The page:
lethalmauve | Jan 24, 2021 |
At last, I have read a Woolf book which doesn't live up to the hype. The Waves is an interesting experiment, as most of her books are, but this one feels much clunkier than the others. That's perhaps by design; if, say, Dalloway is an opera, this is an oratorio, or perhaps just someone standing on stage reading a script with excessive use of recitativo.

Others have become rapt by the language. I was, comparatively, unmoved; it reminds me of the way mediocre poets... read... their... POETRY ... inpublic, as if every line and every word were too freighted with meaning to be passed over, until the poem's end, when the poet collapses under the weight of his own genius. I'm sure Woolf knew that, but wanted to give it a go anyway.

Despite these flaws, it's still Woolf, and she's still trying new things, and almost every other novelist is, at best, worse than her worst, and less interesting than her least interesting. ( )
  stillatim | Oct 23, 2020 |
Showing 1-5 of 58 (next | show all)
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» Add other authors (66 possible)

Author nameRoleType of authorWork?Status
Woolf, Virginiaprimary authorall editionsconfirmed
BascoveCover artistsecondary authorsome editionsconfirmed
Bell, VanessaCover artistsecondary authorsome editionsconfirmed
Bosch, AndrésTranslatorsecondary authorsome editionsconfirmed
Bosse-Sporleder, MariaÜbersetzersecondary authorsome editionsconfirmed
Flint, KateEditorsecondary authorsome editionsconfirmed
Garnett, AngelicaIntroductionsecondary authorsome editionsconfirmed
Oliver, Maria AntòniaTranslatorsecondary authorsome editionsconfirmed
Parsons, DeborahIntroduction and Notessecondary authorsome editionsconfirmed
Rodrigues, LucíliaTranslatorsecondary authorsome editionsconfirmed
Wajsbrot, CécileTranslatorsecondary authorsome editionsconfirmed
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The sun had not yet risen.
The sun had not yet risen. The sea was indistinguishable from the sky, except that the sea was slightly creased as if a cloth had wrinkles in it. Gradually as the sky whitened a dark line lay on the horizon dividing the sea from the sky and the grey cloth became barred with thick strokes moving, one after another, beneath the surface, following each other, pursuing each other, perpetually.”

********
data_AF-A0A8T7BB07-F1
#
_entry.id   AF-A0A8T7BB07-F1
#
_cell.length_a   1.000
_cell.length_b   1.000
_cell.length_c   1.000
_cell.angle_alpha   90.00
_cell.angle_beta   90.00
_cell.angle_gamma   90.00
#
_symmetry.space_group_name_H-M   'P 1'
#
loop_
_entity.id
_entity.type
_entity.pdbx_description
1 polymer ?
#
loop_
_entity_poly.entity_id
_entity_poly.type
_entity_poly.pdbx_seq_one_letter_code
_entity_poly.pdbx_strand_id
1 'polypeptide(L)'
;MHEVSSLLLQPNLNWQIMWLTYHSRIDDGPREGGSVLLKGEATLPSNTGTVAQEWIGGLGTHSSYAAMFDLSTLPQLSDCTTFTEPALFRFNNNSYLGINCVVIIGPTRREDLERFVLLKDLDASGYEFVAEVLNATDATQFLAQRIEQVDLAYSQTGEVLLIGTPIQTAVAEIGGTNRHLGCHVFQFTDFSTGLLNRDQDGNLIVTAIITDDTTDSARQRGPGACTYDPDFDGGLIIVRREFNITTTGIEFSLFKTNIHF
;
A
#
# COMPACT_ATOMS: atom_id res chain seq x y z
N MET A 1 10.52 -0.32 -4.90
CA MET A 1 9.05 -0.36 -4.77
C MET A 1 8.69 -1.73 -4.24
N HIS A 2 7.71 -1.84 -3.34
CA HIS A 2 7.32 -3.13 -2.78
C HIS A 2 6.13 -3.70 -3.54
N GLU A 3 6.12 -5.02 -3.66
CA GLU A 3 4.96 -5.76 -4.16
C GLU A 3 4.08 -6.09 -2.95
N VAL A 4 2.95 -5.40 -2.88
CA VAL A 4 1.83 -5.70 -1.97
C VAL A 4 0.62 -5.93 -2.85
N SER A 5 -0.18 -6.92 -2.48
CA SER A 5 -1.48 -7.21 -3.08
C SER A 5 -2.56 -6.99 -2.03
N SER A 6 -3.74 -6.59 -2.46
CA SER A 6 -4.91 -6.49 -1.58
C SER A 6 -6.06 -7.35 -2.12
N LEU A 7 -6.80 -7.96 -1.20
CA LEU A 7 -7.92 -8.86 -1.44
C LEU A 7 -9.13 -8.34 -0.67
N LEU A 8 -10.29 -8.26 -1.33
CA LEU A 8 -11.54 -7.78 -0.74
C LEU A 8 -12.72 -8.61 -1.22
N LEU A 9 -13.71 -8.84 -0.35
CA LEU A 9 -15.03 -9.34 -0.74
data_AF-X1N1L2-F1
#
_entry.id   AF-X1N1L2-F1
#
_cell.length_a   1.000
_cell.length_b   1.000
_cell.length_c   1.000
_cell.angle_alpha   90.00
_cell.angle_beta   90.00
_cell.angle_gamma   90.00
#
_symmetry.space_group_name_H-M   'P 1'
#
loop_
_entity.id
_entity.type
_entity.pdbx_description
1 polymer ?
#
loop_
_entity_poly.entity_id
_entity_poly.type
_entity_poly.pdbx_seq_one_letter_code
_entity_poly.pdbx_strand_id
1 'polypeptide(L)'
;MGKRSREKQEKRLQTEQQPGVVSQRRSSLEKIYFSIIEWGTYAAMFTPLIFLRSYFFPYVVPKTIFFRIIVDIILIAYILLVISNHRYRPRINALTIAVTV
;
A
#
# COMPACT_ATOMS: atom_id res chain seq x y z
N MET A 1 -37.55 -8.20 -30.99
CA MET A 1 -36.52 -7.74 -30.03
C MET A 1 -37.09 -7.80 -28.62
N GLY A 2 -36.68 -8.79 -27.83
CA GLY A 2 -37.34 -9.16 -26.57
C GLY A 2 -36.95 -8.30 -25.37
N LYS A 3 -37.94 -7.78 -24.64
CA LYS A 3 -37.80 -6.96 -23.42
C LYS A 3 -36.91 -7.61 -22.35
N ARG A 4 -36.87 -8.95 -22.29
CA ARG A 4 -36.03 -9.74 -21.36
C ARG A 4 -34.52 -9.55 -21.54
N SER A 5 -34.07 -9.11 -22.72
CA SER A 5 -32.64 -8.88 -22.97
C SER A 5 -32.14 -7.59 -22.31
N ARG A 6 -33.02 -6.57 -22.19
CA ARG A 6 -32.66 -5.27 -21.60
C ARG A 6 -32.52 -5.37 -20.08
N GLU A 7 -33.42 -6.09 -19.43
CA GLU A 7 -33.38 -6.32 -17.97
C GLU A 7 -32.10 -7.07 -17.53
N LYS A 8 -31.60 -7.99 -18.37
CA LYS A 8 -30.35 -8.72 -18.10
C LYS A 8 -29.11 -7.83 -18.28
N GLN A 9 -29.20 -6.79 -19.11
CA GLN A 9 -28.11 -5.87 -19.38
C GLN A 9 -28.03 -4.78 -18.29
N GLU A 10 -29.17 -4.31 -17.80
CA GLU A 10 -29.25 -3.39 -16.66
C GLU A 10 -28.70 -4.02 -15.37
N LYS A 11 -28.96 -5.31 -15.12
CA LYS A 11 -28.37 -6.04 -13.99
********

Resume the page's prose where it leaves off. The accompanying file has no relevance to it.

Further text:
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There is nothing staid, nothing settled in this universe. All is rippling, all is dancing; all is quickness and triumph.
Percival has died (he died in Egypt; he died in Greece; all deaths are one death).
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One of Woolf's most experimental novels, The Waves presents six characters in monologue - from morning until night, from childhood into old age - against a background of the sea. The result is a glorious chorus of voices that exists not to remark on the passing of events but to celebrate the connection between its various individual parts.

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Book description
Desde 1931, año de su publicación, Las olas ha sido considerada una de las obras capitales del presente siglo, tanto por la original belleza de su prosa como por la perfección de su revolucionaria técnica, y, con el paso de los años, su influencia sobre la literatura contemporánea ha ido acrecentándose. La novela desarrolla, al compás del batir de las olas en la playa, seis monólogos interiores, a veces discrepantes y aislados, otras veces casi en coloquio concordante, en los que se formulan, desde su infancia hasta sus últimos años, seis vidas múltiples y dispares.
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Penguin Australia

An edition of this book was published by Penguin Australia.

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Urban Romantics

An edition of this book was published by Urban Romantics.